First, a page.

A Chemical Study of Oils and Fats of Animal Origin

A Chemical Study of Oils and Fats of Animal Origin

By M.E. Chevreul

Translated and annotated by Albert J. Dijkstra, 2009
ISBN 978-2-9533244-0-2, 348 pages
Edited by Gary R. List and Jaime Wisniak



In 1811, when Michel Chevreul began his research, the chemical nature of fats, oils and lipids was unknown. Some 12 years later he published his classic work based on a series of publications that appeared in Annales de chimie during the period from 1813-1823. This work entitled: “Recherches chimiques sur les corps gras d’origine animale” is of interest not only for establishing the chemical nature of fats but also from a historical point of view by giving an insight into the mind of one of the premier organic chemists of the early 19th century. Berzelius commented that Chevreul’s work should serve as a model for young chemists wishing to do research in any field of chemistry and went on to say that Chevreul’s investigations were the most complete and best executed series of experiments in all of chemistry.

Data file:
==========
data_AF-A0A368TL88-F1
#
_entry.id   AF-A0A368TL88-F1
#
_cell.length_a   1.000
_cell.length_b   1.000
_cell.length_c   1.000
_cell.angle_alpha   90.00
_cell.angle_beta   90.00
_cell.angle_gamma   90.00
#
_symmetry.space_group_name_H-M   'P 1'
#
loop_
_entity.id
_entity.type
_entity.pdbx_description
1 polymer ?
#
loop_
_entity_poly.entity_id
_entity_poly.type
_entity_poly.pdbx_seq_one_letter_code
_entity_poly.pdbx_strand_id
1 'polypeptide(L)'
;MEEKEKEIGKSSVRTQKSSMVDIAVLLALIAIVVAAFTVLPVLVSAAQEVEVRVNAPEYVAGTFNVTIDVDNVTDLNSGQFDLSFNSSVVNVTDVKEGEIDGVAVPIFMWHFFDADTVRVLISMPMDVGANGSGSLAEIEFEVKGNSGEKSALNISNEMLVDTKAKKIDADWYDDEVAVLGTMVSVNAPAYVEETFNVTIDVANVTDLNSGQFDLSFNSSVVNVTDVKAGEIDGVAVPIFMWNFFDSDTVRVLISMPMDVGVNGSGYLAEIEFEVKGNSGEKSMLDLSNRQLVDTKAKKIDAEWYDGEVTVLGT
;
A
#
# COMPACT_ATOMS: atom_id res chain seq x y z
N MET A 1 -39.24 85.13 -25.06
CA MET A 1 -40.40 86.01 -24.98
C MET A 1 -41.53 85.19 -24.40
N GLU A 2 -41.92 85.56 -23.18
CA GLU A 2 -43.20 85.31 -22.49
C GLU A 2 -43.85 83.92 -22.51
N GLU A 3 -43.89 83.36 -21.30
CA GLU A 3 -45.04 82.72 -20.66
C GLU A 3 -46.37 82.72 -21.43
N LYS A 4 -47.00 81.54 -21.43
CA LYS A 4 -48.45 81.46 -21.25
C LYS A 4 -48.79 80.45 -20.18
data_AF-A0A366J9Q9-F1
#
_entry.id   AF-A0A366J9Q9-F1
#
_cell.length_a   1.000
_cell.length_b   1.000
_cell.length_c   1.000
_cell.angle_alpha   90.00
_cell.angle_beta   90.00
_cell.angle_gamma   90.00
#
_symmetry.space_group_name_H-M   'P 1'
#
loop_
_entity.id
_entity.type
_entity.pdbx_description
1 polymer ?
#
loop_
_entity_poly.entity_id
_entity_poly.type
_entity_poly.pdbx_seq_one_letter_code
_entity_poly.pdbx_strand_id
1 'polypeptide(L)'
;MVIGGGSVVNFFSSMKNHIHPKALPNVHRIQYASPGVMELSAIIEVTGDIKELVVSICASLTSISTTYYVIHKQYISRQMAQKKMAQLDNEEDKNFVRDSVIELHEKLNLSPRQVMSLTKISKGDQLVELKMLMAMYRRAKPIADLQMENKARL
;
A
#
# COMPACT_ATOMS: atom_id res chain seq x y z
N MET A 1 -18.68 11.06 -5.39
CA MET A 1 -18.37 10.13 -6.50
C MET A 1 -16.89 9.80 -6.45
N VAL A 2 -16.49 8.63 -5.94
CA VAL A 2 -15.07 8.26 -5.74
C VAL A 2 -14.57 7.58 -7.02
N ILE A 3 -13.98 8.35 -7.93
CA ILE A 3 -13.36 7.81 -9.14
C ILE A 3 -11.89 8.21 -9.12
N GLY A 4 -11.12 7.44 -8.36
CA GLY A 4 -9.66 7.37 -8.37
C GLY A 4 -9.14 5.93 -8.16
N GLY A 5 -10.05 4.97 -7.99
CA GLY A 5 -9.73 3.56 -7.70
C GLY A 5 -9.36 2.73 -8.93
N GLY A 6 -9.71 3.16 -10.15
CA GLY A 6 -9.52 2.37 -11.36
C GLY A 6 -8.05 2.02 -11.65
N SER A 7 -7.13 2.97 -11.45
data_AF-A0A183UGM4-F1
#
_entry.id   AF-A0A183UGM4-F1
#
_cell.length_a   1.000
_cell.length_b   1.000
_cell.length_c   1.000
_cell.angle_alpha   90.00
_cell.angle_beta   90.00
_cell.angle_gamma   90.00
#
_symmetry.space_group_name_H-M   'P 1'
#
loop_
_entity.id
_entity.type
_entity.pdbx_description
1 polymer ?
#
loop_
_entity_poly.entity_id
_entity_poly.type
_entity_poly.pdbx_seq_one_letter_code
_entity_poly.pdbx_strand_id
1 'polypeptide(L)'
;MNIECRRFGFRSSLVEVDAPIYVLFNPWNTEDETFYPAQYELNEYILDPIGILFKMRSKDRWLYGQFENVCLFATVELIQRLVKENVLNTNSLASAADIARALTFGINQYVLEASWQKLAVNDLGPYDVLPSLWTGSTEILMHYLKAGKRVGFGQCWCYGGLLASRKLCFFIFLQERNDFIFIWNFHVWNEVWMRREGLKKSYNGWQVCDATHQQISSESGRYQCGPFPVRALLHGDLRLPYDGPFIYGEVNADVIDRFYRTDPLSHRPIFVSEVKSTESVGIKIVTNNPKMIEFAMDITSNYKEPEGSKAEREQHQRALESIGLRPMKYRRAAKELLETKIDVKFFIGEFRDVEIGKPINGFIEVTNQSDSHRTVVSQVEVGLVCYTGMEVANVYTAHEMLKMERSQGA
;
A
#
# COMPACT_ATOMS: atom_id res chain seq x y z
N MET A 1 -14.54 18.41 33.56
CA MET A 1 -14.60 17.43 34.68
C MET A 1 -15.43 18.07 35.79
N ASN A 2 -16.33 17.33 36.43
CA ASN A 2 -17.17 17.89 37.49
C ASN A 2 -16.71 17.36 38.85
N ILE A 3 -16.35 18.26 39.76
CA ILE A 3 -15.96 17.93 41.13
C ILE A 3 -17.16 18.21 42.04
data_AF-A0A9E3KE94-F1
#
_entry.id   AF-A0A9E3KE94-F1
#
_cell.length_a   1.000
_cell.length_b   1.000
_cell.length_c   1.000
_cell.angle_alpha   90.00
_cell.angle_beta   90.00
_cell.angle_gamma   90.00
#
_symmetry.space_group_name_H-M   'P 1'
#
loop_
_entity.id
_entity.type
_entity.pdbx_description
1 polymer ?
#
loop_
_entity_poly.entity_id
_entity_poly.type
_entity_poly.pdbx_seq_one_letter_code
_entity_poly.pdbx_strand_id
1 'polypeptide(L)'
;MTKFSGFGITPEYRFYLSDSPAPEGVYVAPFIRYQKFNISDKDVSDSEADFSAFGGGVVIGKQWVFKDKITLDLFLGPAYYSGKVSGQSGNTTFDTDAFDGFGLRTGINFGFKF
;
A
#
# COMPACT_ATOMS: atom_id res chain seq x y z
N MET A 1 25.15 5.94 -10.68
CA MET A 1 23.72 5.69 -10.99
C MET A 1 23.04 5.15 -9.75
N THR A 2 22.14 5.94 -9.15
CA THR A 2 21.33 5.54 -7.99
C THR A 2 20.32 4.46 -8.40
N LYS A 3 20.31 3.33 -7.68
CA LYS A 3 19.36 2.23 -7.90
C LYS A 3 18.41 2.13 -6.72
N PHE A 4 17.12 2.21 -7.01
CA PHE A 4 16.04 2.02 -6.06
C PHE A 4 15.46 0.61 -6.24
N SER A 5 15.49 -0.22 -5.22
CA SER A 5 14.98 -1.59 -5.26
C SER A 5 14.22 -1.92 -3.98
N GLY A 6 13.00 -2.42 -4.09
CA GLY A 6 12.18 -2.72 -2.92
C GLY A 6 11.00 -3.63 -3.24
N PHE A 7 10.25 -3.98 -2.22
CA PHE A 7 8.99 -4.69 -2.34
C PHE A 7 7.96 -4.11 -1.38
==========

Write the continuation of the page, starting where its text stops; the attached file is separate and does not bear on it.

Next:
Von Liebig also had glowing comments about Chevreul’s work: “Chevreul has shown the connection between the saponification products and their mode of formation and that work was the starting point of all subsequent research and the basis for all prevailing methods of analysis and investigations of organic materials.” We must thank Chevreul for the beautiful principles underlying every organic investigation. Other contemporaries declared: “Chevreul’s work is a masterpiece.”
It is therefore most surprising that this masterpiece has never been translated into English. It was reprinted in 1825, in 1886 on the occasion of the author’s 100th birthday and again in 1986. It has also been published as a pdf file and can be accessed via http://books.google.com but all these publications are in French, which limits their accessibility; a translation into English is therefore long overdue. Accordingly, the American Oil Chemists' Society has taken the laudable initiative of distributing our translation of this masterpiece on the occasion of its own centenary.
However, translating this book is complicated not only because it is written in 19th century French but also since it requires knowledge of contemporary 19th century chemistry. Dr Albert Dijkstra has responded to both of these challenges by translating the text into a more modern and readable form and by annotating the work in the light of modern chemical knowledge. The translator and the editors hope the reader will enjoy this remarkable contribution to the history of lipid chemistry.

Gary R. List

Foreward (.pdf)






Part One Saponification considered with respect to the fatty materials

Part Two Saponification with respect to bases that can form salts


Summary and General Reflections (.pdf)